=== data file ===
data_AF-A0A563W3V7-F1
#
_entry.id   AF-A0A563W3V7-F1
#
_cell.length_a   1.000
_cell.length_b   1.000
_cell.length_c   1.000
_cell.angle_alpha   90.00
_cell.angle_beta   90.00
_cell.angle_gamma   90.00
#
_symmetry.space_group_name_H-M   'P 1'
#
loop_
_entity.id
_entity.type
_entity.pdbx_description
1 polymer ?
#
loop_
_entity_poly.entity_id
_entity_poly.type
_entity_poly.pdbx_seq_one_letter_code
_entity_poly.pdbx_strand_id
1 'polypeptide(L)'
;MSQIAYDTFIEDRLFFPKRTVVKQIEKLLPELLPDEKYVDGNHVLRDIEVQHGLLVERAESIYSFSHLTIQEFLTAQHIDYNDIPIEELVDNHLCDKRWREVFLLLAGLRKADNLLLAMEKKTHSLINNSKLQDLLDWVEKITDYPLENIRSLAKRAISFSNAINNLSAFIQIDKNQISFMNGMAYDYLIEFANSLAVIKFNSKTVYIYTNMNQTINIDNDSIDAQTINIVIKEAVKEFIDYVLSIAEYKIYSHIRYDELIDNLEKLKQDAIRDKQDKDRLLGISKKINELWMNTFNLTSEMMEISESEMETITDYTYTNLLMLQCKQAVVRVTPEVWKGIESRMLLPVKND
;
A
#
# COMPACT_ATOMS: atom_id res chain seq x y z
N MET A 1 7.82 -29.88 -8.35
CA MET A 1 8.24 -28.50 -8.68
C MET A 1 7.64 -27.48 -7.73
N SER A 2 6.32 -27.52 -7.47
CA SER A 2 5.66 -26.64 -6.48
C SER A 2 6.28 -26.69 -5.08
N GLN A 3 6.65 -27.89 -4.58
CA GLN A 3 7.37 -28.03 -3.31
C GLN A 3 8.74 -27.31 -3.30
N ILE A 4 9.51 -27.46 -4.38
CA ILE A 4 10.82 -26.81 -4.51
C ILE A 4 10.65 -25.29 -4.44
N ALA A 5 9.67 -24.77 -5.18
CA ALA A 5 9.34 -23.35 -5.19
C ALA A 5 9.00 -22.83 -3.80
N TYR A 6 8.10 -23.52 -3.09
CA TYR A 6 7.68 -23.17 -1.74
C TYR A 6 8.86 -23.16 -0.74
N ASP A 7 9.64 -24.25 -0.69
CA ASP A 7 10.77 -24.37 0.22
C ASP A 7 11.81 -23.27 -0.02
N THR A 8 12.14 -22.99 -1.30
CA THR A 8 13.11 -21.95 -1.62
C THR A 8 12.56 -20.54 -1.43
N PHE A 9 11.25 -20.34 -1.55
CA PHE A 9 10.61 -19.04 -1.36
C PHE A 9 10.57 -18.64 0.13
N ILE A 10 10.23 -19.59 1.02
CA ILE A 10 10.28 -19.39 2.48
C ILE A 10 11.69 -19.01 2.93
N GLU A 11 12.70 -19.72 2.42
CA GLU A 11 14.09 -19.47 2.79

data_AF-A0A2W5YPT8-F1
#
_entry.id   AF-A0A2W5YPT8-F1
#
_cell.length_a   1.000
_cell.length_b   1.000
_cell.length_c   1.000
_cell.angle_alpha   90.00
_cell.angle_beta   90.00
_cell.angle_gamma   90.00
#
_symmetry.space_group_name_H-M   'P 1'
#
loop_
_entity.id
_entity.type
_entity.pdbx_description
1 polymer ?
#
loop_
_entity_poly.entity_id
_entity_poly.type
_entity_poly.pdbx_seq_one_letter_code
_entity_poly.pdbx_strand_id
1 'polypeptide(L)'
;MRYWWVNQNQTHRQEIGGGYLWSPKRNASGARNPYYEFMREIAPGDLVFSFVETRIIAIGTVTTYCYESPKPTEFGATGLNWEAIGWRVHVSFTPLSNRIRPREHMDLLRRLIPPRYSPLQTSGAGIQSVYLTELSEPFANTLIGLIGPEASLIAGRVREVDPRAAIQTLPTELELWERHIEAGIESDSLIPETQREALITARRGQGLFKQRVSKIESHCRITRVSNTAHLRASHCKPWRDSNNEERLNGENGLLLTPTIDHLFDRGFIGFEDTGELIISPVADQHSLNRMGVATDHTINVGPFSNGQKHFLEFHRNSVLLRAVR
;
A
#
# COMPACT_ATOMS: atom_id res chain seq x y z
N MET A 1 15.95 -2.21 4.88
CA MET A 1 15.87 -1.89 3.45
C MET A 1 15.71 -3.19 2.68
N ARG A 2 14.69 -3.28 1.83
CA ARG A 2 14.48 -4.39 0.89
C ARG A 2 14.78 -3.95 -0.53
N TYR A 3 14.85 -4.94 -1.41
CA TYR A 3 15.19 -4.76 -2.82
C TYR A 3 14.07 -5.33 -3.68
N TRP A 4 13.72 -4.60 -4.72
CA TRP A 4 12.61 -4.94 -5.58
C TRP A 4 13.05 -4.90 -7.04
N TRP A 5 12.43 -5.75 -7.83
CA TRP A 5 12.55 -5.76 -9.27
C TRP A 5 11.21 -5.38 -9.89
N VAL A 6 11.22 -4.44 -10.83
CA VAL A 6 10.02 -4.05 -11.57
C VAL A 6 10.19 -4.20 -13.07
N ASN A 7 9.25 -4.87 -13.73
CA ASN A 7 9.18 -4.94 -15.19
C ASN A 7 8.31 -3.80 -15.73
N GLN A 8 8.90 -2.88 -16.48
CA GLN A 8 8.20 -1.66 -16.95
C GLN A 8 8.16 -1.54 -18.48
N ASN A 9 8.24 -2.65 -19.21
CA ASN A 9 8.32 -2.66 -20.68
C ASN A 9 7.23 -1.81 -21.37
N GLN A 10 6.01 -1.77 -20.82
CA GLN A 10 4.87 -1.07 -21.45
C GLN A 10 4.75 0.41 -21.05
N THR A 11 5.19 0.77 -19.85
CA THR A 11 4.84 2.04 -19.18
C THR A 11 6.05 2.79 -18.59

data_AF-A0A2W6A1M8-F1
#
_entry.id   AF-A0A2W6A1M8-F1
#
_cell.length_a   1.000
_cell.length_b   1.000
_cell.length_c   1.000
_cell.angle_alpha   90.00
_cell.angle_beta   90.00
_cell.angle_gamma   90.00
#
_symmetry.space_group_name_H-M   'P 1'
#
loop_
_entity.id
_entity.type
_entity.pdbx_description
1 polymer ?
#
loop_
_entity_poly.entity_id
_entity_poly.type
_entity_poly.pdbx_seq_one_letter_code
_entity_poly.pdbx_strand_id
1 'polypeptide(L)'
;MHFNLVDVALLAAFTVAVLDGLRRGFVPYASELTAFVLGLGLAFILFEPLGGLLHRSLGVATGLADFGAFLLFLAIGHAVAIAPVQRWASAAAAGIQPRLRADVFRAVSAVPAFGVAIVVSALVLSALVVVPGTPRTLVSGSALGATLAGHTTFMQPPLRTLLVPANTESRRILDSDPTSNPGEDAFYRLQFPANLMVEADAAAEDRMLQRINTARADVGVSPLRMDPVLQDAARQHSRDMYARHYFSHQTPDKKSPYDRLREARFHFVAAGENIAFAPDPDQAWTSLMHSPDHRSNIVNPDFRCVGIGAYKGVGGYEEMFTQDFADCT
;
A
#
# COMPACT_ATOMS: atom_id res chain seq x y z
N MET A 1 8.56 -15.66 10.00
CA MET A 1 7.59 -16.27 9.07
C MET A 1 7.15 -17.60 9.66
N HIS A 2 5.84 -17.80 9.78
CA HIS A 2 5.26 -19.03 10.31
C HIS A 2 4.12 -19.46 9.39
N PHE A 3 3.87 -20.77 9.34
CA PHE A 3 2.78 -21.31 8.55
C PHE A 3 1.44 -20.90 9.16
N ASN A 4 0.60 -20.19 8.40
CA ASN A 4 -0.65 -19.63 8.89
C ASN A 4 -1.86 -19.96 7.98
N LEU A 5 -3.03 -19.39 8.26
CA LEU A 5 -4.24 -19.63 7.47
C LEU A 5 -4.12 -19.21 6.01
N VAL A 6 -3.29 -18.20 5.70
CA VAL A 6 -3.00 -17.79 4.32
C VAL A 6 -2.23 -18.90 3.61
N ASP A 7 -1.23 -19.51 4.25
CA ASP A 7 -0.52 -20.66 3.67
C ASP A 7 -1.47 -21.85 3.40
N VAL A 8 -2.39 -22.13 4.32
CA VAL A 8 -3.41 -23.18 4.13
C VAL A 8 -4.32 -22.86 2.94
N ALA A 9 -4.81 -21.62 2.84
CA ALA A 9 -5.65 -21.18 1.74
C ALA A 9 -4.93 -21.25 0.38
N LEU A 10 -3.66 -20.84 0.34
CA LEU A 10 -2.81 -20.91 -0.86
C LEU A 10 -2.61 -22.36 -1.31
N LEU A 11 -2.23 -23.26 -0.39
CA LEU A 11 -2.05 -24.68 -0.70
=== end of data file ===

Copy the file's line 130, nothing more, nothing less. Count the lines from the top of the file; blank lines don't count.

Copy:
_cell.length_a   1.000